Capital Ideas For Small Business

Tax strategies could help provideneeded resources for minority firms

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When the Republican revolution stormed the Capitol in 1994, Congressional Black Caucus member William Jefferson (D-Louisiana) was among the early causalities who lost their seats on the influential Ways and Means Committee. His loss was particularly notable to small business owners because during his term, Jefferson spearheaded initiatives that would potentially move $1.2 billion from the private sector into venture capital pools for minority businesses. But everything old is new again. Now Jefferson’s back and ready to pick up where he left off–in search of additional pools of capital that will help grow successful minority- owned companies.

If black-owned businesses are to grow and expand, “they must get past this capital problem or what the experts call `the capital gap,'” says Jefferson. To that end, he is targeting a provision under Tax Code Section 1202. As the legislation now stands, a noncorporate taxpayer could receive a 50% capital gains exclusion for a direct long-term investment in qualified small business stock. The investment must be for a minimum of five years. Jefferson hopes to amend this legislation to ensure that it applies to all specialized small business investment companies (SSBICs) grandfathered under recent amendments to the Small Business Investment Act. He also wants to see the bill changed to include gains realized by corporations that purchase stock or partnership interests of SSBICs.

Other targets include provisions under Tax Code Section 1044. Currently, gains from the sale of any publicly traded securities can be rolled over by purchasing an interest in a SSBIC. The roll-over period is currently 60 days from the date of the sale, and individuals are limited to $50,000 per year of gain with a $500,000 lifetime gap. Corporations face an annual limit of $250,000 and a cumulative limit of $1 million. Jefferson wants to make a number of amendments to enhance the code for small businesses. He hopes to modify the code to include all grandfathered SSBICs, and extend the rollover period to 180 days. Jefferson also wants to increase corporate and individual limits, and permit them to roll over any gains up to their respective cumulative limits in one year. “It’s more difficult to find a suitable investment on an annual basis when the amount is so low. This makes the investments more attractive for larger transactions and will attract more money into SSBICs,” says Jefferson. And with more time to make a decision, investors, he believes, will have more flexibility and time to make the right choice.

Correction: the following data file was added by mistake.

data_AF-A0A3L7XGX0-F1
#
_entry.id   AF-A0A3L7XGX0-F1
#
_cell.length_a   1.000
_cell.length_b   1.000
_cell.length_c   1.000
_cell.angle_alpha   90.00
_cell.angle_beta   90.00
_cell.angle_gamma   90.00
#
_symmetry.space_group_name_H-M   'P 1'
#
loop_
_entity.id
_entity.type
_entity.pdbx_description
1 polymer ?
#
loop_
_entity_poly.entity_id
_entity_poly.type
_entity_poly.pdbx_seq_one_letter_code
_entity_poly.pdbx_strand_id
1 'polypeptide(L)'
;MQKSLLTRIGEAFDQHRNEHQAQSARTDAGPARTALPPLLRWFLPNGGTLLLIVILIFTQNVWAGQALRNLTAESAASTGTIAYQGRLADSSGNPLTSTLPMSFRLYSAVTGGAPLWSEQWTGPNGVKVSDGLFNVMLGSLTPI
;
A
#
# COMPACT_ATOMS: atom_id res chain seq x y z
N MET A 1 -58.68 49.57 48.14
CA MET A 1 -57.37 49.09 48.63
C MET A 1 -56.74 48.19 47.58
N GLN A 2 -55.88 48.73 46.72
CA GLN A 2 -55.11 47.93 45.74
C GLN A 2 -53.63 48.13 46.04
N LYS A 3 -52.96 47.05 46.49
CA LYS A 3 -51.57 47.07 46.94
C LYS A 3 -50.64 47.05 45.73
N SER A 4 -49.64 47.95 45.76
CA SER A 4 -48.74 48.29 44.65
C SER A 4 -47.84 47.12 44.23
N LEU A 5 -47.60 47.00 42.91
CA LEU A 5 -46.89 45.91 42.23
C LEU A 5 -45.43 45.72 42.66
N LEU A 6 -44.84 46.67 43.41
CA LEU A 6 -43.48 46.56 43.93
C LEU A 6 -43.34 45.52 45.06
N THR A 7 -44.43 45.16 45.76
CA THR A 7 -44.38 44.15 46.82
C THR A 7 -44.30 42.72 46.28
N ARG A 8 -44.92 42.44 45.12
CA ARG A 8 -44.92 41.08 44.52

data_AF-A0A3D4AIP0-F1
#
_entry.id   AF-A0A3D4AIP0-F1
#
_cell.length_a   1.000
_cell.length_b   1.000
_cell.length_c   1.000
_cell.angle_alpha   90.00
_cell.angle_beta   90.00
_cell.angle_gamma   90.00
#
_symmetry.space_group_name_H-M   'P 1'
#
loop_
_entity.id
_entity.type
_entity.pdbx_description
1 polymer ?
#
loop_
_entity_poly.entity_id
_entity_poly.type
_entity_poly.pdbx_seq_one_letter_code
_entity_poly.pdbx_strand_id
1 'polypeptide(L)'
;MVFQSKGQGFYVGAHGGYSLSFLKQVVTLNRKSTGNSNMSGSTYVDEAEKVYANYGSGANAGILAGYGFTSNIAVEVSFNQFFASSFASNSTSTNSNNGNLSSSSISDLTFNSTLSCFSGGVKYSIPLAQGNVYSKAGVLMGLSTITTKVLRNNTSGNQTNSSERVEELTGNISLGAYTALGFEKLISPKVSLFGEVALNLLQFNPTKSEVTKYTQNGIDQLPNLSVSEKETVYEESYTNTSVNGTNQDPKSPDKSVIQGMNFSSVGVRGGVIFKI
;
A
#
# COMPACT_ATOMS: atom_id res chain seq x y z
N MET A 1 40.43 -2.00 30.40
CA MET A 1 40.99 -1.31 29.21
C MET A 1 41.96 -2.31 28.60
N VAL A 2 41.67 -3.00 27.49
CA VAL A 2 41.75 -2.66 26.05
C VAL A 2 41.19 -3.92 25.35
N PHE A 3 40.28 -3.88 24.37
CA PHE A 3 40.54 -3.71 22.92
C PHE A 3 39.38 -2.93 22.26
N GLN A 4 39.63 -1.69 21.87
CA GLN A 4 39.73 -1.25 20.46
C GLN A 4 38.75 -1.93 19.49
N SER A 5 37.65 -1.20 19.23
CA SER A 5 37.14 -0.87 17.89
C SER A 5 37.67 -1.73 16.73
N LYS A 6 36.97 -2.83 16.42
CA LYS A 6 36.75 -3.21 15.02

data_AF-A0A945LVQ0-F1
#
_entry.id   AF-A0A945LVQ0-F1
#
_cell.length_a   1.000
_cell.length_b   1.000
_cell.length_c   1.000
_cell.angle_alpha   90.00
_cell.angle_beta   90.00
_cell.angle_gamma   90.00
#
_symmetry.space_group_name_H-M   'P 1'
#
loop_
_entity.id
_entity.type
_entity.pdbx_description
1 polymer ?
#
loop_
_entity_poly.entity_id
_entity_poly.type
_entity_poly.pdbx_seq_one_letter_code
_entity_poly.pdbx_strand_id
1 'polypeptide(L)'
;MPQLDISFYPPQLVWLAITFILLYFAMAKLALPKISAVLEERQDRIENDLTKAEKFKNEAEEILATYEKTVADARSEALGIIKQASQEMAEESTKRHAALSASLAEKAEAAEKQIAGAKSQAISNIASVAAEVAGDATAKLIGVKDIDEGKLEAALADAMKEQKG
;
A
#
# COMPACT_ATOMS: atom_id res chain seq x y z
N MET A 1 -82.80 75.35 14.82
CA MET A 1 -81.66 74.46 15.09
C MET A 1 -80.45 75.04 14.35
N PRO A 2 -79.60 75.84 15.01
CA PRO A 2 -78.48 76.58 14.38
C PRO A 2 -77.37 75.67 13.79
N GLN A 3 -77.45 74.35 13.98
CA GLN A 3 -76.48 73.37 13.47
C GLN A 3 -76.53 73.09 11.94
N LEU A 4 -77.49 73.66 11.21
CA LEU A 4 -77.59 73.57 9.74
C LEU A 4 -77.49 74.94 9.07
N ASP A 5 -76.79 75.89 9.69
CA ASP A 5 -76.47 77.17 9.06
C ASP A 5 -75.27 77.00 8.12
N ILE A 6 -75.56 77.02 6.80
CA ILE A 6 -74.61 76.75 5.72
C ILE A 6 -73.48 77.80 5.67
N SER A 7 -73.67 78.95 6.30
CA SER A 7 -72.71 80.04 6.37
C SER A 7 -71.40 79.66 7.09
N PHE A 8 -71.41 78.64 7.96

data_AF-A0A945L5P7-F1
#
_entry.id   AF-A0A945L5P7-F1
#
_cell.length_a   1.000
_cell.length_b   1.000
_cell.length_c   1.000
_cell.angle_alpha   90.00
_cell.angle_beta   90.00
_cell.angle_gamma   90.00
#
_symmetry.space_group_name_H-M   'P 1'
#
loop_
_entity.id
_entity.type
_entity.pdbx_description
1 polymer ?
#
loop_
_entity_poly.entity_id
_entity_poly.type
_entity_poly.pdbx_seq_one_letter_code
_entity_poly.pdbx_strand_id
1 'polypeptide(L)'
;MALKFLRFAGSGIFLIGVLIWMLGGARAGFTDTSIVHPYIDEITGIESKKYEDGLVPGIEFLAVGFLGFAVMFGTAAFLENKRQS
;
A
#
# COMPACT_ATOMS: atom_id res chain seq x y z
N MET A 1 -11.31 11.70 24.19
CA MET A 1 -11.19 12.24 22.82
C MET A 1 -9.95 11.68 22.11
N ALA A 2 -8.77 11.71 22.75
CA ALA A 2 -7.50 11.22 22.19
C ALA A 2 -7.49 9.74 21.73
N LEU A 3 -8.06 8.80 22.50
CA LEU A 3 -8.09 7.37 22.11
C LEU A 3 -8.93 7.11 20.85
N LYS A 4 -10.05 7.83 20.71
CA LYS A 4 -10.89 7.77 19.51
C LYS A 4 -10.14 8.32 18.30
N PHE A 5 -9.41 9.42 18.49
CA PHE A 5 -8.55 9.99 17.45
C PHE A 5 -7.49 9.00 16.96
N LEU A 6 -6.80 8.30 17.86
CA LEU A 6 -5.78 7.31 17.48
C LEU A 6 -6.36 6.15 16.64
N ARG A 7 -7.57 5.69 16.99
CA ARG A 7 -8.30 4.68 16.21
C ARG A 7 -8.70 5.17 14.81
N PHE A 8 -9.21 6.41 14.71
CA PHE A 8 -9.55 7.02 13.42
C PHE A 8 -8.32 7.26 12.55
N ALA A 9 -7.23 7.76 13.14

Sounds good, but will it work? After all, many entrepreneurs are still feeling the loss of the broadcast certificate program that provided an incentive to sell broadcast properties to minorities. Jefferson believes that these tax incentives will spur the growth of minority businesses and the national economy because of an increase in employment and tax bases. And because the measures are targeted to assist smaller-owned businesses, rather than being race-specific, the initiatives should be relatively safe from affirmative action critics who would cry foul.

“I think the chances are very good [that]

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